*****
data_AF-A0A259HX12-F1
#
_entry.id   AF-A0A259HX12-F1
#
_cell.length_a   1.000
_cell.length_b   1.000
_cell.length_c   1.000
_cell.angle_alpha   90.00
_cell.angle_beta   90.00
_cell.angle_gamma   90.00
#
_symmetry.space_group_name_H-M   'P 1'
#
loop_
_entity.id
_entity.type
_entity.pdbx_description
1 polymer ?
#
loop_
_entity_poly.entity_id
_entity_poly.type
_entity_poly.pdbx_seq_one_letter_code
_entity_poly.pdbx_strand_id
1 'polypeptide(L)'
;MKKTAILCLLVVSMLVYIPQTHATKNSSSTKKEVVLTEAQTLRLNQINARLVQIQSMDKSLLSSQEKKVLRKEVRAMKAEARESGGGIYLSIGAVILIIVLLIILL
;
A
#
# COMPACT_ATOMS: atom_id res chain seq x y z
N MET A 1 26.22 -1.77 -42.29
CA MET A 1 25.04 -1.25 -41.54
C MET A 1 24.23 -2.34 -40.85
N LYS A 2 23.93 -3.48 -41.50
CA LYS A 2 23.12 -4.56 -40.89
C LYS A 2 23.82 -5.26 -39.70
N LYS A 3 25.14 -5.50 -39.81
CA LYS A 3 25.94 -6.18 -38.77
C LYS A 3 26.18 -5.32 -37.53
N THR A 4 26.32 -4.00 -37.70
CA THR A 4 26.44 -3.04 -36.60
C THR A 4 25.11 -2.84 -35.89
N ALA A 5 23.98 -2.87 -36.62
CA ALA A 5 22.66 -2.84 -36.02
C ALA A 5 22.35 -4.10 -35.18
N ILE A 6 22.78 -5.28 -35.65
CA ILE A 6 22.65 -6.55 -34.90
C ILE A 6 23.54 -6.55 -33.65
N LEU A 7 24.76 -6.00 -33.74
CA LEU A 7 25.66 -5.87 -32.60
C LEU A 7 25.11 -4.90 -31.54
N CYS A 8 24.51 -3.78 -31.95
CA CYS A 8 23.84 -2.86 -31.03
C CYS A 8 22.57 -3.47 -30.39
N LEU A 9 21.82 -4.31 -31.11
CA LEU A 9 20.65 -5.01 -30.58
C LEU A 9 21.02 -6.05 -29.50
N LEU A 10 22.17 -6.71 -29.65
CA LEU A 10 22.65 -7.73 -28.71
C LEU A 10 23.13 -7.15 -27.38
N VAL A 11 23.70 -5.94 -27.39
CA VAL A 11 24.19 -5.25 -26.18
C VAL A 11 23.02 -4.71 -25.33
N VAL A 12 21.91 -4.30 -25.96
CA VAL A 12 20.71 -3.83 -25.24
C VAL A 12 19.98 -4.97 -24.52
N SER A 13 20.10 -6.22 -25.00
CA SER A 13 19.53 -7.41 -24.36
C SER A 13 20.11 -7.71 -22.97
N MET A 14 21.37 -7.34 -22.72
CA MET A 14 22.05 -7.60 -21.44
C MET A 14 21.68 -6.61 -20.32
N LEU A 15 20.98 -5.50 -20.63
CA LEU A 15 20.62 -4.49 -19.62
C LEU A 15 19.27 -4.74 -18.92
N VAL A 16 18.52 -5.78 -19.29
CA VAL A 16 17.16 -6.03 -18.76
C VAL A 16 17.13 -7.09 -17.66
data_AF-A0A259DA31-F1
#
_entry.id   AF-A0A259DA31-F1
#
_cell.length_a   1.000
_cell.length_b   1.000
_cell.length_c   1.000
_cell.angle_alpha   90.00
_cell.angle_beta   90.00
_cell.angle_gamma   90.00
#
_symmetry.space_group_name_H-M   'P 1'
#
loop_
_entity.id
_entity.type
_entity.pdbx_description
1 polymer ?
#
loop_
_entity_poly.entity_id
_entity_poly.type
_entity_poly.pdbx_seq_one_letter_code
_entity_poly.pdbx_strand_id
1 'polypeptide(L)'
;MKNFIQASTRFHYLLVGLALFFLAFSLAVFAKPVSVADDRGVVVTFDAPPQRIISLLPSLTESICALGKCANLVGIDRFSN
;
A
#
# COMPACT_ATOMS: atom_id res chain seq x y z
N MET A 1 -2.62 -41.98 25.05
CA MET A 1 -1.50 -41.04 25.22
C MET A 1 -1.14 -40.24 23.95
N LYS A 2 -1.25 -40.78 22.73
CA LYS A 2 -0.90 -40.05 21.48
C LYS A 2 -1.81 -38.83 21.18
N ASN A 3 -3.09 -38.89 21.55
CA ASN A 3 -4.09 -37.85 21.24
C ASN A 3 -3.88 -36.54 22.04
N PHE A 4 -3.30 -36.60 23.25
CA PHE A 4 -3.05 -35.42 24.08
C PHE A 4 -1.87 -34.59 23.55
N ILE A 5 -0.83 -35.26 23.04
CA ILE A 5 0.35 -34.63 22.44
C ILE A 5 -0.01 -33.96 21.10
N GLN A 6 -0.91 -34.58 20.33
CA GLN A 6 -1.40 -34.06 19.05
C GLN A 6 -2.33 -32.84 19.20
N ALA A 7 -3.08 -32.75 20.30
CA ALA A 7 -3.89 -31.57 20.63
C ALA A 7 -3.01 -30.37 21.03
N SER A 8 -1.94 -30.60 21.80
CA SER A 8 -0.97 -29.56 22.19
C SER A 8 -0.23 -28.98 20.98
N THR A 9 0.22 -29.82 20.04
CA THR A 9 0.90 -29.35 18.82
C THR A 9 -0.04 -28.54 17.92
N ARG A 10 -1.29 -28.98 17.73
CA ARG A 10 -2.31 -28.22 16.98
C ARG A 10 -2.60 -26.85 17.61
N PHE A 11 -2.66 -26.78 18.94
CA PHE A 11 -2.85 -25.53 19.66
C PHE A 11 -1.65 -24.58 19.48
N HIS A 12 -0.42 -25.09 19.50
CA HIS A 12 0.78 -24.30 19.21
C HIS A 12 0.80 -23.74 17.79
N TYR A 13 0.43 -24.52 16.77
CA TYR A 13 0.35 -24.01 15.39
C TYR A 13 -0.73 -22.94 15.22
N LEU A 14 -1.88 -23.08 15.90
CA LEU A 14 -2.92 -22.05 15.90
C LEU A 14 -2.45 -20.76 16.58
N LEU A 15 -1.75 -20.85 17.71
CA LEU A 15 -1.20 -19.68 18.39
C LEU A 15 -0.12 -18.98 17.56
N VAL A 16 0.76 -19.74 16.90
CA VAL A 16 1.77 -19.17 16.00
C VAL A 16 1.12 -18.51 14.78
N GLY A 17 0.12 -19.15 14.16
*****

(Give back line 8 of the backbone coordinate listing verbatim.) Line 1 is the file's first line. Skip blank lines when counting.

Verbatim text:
_cell.angle_alpha   90.00